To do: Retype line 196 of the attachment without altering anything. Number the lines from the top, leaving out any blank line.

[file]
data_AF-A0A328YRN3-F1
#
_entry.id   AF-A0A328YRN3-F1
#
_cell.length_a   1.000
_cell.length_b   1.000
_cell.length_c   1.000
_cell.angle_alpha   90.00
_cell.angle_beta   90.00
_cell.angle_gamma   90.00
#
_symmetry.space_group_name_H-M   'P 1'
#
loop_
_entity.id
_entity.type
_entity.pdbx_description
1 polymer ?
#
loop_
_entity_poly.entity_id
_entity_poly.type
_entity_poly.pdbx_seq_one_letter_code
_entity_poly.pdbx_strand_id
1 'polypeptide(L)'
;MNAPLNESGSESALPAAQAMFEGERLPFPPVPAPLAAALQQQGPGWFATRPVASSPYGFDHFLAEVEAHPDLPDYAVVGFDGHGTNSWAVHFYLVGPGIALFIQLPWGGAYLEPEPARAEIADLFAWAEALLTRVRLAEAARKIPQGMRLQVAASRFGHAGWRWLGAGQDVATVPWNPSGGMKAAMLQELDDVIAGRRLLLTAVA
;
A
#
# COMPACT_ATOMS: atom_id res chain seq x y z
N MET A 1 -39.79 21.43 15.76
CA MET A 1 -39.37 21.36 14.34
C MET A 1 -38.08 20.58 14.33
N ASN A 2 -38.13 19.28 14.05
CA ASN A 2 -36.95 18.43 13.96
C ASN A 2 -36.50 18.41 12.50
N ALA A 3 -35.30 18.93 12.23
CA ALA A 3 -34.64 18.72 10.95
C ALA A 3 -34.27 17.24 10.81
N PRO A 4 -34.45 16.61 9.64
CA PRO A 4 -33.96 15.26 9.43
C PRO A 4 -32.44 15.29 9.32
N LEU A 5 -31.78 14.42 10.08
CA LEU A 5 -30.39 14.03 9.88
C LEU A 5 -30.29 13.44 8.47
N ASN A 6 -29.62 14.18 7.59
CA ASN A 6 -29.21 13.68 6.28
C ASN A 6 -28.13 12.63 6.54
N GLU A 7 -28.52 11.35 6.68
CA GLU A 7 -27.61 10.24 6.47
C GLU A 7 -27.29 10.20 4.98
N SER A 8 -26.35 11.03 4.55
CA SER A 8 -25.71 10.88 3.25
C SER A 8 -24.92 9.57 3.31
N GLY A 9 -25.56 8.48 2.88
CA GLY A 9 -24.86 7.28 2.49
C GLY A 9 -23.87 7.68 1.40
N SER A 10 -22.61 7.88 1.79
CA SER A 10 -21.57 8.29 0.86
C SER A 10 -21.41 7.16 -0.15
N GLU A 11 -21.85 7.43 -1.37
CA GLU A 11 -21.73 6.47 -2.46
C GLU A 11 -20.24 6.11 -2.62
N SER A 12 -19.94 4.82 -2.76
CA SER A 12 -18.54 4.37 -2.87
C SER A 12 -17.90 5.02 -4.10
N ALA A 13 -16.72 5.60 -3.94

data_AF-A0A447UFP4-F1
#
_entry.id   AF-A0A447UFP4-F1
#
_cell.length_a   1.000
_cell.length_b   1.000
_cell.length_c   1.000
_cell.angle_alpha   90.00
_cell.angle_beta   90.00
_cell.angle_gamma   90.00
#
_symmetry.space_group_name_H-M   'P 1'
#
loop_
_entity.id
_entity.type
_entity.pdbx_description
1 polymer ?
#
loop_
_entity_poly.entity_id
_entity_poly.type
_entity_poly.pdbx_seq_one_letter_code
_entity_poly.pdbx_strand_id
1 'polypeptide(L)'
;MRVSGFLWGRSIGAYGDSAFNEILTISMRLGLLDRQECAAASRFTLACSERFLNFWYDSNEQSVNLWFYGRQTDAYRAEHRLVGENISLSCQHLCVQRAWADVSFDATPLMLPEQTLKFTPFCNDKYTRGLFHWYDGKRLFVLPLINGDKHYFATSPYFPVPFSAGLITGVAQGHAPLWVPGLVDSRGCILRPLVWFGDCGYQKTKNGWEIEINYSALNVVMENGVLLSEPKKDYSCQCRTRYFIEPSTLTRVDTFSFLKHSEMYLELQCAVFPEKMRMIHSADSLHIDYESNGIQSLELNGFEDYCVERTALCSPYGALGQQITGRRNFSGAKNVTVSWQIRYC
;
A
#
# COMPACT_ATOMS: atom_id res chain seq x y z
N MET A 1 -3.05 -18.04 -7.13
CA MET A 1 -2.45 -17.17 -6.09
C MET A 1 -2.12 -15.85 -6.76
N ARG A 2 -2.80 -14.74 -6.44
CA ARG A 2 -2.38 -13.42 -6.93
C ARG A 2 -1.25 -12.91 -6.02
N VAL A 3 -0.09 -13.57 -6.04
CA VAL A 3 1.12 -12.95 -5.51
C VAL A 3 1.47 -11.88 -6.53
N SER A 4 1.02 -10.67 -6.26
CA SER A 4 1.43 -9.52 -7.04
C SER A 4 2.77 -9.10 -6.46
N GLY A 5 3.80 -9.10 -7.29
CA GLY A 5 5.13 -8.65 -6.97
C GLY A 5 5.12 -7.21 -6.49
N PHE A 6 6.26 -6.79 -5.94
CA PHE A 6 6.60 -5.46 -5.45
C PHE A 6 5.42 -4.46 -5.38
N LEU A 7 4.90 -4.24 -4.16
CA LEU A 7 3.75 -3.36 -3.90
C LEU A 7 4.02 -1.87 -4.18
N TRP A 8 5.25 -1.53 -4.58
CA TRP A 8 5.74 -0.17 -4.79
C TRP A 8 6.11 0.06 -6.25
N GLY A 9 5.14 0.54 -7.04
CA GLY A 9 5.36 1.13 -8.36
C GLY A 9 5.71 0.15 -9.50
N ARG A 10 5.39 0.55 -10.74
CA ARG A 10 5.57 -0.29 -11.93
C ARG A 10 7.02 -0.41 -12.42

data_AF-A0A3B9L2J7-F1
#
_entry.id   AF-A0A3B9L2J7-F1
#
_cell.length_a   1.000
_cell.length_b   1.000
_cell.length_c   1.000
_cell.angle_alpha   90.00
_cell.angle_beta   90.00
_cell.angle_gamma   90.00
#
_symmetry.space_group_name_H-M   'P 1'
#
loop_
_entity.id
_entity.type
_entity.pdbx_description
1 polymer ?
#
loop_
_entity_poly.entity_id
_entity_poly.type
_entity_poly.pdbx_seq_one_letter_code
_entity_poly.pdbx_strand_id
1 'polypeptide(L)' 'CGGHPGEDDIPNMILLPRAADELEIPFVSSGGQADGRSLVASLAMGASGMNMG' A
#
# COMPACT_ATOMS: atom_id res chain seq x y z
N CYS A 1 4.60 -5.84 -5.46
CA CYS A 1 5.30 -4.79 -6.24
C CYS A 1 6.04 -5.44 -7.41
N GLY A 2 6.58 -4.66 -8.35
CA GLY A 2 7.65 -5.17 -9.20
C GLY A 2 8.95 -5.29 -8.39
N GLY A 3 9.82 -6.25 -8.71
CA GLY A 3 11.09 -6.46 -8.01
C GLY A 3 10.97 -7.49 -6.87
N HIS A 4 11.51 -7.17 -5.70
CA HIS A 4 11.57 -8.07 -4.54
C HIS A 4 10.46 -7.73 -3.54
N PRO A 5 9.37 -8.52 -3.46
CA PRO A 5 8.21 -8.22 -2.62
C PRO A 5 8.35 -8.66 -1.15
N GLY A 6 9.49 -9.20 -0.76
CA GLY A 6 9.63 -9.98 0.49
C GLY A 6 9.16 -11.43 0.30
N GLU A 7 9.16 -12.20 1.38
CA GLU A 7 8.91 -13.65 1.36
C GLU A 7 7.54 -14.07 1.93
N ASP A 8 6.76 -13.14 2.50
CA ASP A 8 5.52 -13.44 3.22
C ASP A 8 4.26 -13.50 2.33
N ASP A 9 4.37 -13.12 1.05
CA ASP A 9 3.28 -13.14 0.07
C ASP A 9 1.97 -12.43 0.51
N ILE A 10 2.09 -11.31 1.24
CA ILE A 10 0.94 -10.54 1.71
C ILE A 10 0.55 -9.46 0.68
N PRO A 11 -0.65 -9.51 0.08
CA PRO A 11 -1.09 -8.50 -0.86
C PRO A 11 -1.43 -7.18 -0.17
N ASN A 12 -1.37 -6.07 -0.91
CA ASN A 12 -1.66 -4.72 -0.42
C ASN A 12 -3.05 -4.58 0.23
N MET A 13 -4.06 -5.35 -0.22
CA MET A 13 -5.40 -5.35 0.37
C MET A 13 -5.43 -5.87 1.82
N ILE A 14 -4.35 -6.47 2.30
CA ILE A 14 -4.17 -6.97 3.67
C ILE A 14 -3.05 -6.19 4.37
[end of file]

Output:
C ILE A 14 -3.05 -6.19 4.37